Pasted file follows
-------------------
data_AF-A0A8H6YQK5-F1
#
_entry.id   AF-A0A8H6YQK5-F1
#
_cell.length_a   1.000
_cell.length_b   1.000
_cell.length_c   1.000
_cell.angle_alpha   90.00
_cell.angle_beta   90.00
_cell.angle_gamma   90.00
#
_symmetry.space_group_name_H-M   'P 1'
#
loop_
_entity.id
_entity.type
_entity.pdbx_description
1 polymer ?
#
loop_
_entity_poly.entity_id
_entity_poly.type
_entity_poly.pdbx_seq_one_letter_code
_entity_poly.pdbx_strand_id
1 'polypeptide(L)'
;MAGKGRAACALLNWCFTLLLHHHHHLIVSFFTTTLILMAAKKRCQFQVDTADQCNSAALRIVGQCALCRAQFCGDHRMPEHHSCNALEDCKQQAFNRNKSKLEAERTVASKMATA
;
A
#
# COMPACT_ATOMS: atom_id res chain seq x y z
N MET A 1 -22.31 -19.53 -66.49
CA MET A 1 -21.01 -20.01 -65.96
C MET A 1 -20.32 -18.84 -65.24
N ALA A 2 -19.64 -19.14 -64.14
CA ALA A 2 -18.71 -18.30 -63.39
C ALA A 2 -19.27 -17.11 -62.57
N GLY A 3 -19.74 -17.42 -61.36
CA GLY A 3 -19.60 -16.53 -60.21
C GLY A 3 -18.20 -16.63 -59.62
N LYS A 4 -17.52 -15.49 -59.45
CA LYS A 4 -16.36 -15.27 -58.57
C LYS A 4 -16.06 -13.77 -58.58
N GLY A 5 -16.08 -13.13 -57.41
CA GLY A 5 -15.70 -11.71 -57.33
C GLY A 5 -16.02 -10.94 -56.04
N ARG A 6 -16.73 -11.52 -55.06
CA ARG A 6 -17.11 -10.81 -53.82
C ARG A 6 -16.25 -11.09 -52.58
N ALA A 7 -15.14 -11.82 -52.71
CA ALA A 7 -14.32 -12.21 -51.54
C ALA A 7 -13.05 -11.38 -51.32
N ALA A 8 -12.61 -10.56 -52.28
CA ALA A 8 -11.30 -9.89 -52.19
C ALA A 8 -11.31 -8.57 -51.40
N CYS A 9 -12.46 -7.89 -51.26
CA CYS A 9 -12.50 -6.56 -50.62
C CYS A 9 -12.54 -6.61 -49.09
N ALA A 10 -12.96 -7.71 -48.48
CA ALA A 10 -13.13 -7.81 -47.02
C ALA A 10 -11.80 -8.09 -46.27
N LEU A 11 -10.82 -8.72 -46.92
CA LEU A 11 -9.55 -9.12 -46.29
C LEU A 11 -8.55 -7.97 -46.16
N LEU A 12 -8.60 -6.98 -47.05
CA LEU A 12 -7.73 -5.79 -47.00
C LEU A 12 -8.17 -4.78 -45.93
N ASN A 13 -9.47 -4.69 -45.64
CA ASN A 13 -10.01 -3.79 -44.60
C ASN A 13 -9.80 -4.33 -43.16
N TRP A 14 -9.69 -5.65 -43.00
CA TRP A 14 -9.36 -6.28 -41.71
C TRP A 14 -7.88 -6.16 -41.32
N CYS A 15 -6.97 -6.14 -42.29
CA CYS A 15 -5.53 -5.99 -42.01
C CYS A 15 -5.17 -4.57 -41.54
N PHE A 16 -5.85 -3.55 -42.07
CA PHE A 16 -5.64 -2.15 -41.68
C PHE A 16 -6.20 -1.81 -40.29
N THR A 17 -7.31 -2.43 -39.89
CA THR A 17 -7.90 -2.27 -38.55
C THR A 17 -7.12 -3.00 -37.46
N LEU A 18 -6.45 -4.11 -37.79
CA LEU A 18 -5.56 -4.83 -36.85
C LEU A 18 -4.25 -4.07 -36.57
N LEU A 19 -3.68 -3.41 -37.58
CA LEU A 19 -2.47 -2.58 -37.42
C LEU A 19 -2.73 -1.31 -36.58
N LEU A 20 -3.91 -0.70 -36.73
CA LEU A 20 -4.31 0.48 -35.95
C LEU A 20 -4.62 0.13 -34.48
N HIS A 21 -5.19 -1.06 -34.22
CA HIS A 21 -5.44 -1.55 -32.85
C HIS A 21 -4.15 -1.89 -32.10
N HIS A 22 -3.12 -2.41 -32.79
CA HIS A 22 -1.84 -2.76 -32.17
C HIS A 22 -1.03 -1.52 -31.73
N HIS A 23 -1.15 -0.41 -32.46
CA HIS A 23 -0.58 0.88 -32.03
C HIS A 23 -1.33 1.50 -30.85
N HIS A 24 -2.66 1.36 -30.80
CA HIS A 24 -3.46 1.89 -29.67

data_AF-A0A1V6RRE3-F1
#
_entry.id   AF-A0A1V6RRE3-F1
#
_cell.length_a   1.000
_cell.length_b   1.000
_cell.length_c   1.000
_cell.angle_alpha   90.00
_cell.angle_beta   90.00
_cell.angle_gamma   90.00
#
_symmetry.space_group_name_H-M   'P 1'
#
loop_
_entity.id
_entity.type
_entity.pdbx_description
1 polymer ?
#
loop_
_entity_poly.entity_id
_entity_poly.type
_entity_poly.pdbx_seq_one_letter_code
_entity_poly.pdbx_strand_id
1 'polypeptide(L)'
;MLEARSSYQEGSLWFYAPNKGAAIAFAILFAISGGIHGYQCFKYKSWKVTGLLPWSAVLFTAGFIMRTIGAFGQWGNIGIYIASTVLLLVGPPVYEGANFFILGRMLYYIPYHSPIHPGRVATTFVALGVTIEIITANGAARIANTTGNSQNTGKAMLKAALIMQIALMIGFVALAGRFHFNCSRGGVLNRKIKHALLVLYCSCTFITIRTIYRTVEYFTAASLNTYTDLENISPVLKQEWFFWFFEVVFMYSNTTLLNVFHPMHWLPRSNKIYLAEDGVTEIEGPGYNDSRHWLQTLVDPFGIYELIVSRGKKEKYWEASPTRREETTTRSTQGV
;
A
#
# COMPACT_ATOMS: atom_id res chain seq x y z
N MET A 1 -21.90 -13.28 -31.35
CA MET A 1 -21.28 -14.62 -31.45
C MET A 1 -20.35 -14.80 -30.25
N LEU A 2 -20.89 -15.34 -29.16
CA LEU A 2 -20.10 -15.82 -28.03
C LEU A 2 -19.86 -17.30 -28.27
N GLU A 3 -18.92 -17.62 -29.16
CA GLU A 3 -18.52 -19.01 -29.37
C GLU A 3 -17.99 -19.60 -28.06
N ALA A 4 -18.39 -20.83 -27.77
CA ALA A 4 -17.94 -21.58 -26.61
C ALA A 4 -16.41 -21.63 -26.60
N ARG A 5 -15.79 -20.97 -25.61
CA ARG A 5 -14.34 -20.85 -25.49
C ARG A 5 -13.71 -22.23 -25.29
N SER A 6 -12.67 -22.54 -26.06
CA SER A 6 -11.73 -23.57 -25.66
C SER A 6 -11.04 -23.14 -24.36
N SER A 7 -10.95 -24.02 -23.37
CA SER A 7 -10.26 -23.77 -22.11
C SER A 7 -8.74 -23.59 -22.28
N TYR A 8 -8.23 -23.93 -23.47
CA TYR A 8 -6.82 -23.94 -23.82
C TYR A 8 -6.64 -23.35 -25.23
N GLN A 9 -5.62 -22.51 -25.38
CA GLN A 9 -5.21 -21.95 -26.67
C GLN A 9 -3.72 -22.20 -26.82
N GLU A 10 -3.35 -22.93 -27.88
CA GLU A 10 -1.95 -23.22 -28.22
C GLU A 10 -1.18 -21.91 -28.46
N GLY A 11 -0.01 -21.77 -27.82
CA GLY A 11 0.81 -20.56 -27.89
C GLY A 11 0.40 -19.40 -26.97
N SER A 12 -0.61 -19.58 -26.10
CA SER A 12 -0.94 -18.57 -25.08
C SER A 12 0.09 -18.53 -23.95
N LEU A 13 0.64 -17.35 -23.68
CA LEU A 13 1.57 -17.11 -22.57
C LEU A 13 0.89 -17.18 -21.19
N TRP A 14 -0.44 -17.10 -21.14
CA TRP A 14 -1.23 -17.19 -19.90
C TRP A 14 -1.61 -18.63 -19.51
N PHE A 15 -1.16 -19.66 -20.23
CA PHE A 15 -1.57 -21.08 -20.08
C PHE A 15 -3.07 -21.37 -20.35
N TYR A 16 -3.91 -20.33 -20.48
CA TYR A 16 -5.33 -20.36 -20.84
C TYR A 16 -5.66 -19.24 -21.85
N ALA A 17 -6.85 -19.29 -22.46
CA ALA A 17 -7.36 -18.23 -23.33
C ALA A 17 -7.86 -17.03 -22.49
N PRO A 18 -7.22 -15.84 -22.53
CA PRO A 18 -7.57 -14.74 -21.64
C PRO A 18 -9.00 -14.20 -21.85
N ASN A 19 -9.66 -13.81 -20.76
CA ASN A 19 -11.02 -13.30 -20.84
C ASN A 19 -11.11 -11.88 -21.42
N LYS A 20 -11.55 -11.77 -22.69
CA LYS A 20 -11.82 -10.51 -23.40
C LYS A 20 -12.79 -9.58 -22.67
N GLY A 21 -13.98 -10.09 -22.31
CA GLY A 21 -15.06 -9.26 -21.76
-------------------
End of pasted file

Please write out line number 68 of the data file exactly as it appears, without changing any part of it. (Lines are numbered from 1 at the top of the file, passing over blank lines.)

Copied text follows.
CA ASN A 13 -10.01 -3.79 -44.60